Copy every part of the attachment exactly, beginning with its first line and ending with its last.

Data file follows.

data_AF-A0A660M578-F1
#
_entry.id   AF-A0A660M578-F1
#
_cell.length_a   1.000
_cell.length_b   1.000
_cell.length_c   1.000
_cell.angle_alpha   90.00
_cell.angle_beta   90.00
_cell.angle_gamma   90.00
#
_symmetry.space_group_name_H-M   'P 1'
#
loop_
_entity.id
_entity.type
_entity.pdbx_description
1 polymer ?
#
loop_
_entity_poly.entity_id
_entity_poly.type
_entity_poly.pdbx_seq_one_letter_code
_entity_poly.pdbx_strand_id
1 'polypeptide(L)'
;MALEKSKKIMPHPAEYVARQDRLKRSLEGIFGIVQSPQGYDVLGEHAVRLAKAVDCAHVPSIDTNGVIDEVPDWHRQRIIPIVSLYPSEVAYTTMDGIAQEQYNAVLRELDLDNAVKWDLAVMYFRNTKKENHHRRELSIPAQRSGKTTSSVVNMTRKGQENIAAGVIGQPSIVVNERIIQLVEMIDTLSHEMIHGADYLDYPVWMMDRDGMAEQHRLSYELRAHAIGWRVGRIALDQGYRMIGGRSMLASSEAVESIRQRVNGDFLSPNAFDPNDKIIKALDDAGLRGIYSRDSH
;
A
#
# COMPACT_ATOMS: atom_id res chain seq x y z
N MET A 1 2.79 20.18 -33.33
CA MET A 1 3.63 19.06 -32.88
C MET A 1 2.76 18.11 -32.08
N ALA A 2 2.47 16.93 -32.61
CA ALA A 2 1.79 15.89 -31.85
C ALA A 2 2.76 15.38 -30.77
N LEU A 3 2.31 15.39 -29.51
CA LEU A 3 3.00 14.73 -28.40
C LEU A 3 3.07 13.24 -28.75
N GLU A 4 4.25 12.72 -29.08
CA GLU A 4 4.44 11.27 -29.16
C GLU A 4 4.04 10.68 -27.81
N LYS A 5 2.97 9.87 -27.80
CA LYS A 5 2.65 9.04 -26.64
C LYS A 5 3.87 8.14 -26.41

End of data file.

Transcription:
data_AF-A0A660M578-F1
#
_entry.id   AF-A0A660M578-F1
#
_cell.length_a   1.000
_cell.length_b   1.000
_cell.length_c   1.000
_cell.angle_alpha   90.00
_cell.angle_beta   90.00
_cell.angle_gamma   90.00
#
_symmetry.space_group_name_H-M   'P 1'
#
loop_
_entity.id
_entity.type
_entity.pdbx_description
1 polymer ?
#
loop_
_entity_poly.entity_id
_entity_poly.type
_entity_poly.pdbx_seq_one_letter_code
_entity_poly.pdbx_strand_id
1 'polypeptide(L)'
;MALEKSKKIMPHPAEYVARQDRLKRSLEGIFGIVQSPQGYDVLGEHAVRLAKAVDCAHVPSIDTNGVIDEVPDWHRQRIIPIVSLYPSEVAYTTMDGIAQEQYNAVLRELDLDNAVKWDLAVMYFRNTKKENHHRRELSIPAQRSGKTTSSVVNMTRKGQENIAAGVIGQPSIVVNERIIQLVEMIDTLSHEMIHGADYLDYPVWMMDRDGMAEQHRLSYELRAHAIGWRVGRIALDQGYRMIGGRSMLASSEAVESIRQRVNGDFLSPNAFDPNDKIIKALDDAGLRGIYSRDSH
;
A
#
# COMPACT_ATOMS: atom_id res chain seq x y z
N MET A 1 2.79 20.18 -33.33
CA MET A 1 3.63 19.06 -32.88
C MET A 1 2.76 18.11 -32.08
N ALA A 2 2.47 16.93 -32.61
CA ALA A 2 1.79 15.89 -31.85
C ALA A 2 2.76 15.38 -30.77
N LEU A 3 2.31 15.39 -29.51
CA LEU A 3 3.00 14.73 -28.40
C LEU A 3 3.07 13.24 -28.75
N GLU A 4 4.25 12.72 -29.08
CA GLU A 4 4.44 11.27 -29.16
C GLU A 4 4.04 10.68 -27.81
N LYS A 5 2.97 9.87 -27.80
CA LYS A 5 2.65 9.04 -26.64
C LYS A 5 3.87 8.14 -26.41